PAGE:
If grace has been cheapened by the Church, then so too has the idea of Christian suffering. Bonhoeffer moves quickly to dismantle two of the ways that suffering has been watered down within the Christian tradition. The first is by distinguishing between suffering that is celebrated and suffering that is rejected. The former, though it sounds odd at first, is quite common. Suffering is celebrated every time we find the suffering of another to be admirable, something the reflects positively upon their character. The latter is suffering that fills us with shame, suffering that causes us to look away, suffering that makes us want to distance ourselves from the afflicted. Christ suffered and Christ was rejected, therefore, as disciples, we too are called to take part in the same suffering and rejection. Bonhoeffer argues that this is the first scandal of the church, when Peter rebuked Jesus for speaking of his coming suffering and death. It is scandalous because the Church does not actually want a messiah who is rejected; we do not want to follow a savior who fills us with shame and makes us want to look away.
The second assault on suffering is in the equivocation of everyday mishaps and misfortunes with the suffering of the cross. Having a car accident, struggling with raising a child, losing a job, and even dealing with illness, though very real sources of suffering in our lives, are not Christian suffering. In Bonhoeffer’s view, the suffering to which we are called as disciples can come only from the act of following Jesus. Anything less is simply empty comfort.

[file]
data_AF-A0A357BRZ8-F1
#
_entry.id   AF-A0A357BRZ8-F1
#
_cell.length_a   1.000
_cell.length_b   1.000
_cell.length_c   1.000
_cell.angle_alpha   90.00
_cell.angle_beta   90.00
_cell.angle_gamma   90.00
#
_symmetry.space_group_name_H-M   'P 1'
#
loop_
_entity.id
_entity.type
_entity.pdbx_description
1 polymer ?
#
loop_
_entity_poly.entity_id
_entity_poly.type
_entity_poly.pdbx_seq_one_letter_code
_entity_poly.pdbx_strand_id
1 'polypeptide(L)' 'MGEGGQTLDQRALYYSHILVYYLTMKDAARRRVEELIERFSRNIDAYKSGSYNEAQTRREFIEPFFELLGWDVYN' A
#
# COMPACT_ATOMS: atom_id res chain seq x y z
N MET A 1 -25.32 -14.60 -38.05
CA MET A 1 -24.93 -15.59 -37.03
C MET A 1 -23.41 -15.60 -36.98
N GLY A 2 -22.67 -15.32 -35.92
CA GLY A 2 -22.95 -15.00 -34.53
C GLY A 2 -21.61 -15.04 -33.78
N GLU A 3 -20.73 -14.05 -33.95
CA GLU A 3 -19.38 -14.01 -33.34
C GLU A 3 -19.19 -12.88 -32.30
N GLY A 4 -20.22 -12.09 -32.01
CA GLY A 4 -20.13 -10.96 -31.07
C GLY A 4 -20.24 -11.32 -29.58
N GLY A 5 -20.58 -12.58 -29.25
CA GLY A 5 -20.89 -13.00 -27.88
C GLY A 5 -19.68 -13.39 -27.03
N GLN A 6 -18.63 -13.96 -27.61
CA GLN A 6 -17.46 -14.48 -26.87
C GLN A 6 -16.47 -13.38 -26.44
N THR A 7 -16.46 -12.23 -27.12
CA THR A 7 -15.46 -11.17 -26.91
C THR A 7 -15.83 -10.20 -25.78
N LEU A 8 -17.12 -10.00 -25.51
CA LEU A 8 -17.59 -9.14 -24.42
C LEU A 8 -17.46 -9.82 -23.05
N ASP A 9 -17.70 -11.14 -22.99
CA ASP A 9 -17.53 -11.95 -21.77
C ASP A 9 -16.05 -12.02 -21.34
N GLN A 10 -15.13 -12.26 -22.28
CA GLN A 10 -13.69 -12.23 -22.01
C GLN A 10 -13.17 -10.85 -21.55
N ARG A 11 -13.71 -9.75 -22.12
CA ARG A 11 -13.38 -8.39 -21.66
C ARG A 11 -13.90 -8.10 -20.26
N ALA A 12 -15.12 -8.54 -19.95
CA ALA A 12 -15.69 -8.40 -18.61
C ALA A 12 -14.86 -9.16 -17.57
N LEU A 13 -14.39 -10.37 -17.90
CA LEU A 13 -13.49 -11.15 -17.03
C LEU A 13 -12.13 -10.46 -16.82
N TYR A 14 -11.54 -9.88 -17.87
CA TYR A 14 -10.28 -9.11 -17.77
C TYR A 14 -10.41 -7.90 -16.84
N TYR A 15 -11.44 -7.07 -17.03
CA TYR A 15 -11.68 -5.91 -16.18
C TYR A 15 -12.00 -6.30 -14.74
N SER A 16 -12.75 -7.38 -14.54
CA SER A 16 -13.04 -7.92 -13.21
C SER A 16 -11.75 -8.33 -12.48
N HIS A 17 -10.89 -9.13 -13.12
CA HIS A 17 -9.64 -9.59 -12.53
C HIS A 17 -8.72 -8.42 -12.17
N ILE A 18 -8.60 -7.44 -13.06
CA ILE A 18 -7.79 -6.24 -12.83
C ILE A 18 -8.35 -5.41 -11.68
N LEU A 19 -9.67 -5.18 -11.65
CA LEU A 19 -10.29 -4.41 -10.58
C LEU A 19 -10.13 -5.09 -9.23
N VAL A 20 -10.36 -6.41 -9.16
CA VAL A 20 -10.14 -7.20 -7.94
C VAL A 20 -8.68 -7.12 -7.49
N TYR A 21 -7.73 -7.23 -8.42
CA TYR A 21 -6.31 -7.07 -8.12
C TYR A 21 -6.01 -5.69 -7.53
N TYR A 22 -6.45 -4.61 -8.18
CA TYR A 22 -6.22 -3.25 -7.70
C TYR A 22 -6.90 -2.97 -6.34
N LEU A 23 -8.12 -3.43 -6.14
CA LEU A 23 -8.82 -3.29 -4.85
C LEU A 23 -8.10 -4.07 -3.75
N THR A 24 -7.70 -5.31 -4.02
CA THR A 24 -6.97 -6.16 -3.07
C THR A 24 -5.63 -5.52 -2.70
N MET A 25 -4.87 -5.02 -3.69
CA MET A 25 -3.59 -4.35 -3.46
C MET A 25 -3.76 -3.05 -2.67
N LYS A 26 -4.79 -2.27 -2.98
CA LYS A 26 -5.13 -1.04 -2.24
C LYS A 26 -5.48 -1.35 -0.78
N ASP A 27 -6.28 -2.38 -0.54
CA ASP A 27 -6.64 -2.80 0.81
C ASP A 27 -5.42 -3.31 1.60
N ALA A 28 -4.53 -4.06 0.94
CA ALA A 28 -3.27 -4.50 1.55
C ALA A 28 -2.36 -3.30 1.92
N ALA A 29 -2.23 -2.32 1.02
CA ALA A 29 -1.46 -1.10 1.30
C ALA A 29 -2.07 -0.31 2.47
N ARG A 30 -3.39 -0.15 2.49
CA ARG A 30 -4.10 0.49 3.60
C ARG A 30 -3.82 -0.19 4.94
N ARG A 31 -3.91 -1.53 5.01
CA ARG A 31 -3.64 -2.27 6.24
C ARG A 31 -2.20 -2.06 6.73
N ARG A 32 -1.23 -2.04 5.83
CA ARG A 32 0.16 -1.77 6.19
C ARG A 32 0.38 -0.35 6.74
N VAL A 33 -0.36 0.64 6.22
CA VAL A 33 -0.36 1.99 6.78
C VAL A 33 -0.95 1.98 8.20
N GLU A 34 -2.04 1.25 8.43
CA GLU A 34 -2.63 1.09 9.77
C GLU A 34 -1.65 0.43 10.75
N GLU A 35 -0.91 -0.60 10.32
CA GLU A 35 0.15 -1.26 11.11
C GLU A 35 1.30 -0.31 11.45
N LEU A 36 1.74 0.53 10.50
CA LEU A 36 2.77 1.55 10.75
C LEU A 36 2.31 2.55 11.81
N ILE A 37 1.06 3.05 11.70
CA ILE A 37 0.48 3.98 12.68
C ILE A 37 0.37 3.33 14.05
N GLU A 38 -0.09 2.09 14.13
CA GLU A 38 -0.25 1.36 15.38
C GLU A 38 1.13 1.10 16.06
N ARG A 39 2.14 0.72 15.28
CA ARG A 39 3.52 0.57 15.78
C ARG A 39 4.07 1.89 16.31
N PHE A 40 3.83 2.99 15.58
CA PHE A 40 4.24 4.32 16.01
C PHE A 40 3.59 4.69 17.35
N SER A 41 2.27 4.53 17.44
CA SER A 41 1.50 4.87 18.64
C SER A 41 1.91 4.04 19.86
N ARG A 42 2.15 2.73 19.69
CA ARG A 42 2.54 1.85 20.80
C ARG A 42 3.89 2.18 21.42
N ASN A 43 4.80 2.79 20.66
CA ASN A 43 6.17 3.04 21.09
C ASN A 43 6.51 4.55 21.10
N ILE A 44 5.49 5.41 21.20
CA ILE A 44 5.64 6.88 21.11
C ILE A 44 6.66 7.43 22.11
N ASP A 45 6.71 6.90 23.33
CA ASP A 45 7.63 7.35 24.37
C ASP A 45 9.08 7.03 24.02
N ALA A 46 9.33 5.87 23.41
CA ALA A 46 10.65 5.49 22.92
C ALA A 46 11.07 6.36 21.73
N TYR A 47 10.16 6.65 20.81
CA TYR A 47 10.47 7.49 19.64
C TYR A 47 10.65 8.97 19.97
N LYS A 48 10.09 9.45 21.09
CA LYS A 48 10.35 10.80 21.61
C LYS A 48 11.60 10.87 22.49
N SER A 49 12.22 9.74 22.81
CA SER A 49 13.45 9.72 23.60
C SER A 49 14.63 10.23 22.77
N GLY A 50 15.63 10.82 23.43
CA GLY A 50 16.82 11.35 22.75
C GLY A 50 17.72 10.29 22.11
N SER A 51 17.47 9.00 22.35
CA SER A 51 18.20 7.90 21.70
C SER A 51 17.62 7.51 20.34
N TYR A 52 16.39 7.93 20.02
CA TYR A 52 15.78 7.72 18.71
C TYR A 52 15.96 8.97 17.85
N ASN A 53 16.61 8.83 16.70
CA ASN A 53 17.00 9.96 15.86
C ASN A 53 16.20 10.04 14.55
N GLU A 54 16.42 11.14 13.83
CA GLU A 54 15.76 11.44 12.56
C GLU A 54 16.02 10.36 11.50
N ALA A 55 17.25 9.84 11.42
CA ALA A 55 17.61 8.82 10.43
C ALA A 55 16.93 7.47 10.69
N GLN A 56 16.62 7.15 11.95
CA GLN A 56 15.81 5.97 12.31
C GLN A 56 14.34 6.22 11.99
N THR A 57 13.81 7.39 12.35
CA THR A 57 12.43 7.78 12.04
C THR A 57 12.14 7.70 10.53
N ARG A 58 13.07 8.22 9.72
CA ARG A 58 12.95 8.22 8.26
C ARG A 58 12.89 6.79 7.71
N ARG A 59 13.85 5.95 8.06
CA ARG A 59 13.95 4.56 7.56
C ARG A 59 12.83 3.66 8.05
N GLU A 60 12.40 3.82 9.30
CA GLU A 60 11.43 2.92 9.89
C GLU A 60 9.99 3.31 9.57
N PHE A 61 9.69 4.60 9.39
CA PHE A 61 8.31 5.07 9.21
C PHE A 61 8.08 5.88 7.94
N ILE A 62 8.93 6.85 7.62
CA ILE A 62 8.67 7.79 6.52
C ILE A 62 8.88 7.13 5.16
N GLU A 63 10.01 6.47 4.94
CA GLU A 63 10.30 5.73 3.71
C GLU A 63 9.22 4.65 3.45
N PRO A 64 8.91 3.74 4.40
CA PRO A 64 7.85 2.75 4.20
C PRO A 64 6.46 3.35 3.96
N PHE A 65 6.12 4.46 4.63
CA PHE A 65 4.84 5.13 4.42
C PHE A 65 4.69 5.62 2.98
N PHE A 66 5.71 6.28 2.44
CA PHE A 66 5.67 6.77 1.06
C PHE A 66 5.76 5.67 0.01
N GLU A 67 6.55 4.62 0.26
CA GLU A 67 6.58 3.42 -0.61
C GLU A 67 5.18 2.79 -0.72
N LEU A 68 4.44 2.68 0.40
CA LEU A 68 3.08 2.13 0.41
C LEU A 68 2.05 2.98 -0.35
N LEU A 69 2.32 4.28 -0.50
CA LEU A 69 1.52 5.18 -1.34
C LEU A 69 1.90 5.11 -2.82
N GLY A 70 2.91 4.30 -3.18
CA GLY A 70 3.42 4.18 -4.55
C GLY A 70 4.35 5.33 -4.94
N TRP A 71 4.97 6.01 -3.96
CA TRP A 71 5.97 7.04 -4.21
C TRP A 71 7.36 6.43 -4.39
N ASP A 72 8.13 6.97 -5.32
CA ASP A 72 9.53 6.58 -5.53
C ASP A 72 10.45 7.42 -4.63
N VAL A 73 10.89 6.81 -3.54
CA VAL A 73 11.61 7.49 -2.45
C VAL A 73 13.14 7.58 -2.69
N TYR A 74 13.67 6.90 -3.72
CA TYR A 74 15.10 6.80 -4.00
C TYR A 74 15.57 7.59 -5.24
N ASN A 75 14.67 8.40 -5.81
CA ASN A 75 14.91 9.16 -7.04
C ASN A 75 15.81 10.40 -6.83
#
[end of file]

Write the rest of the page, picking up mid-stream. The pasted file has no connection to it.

Bonhoeffer ends the chapter by trying to show that the suffering we experience as disciples is not masochistic—it is a part of bridging the gap between God and the world. He argues that suffering is defined as distance from God. When we suffer on account of our faith, we bear the suffering of others; we bear the burden of estrangement—the distance—between others and God. But paradoxically, in our experience of Christian suffering, that distance is closed, for Christ suffers with us and we are united to Christ.
Think of a time when you were witness to suffering that was celebrated as well as a time when you were witness to suffering that was rejected. How did you feel witnessing each example? What was your visceral, gut reaction?
Since the very beginning, the Church has been scandalized by the suffering and rejection of Jesus. What are ways that we still, to this day, try to transform Jesus’ suffering and rejection into something less objectionable and less troubling?
Bonhoeffer argues that suffering, at its root, is distance from God. Where in our world today do we see that distance most clearly? Find a specific, concrete example. How might we, as disciples, help bear the burden of that distance?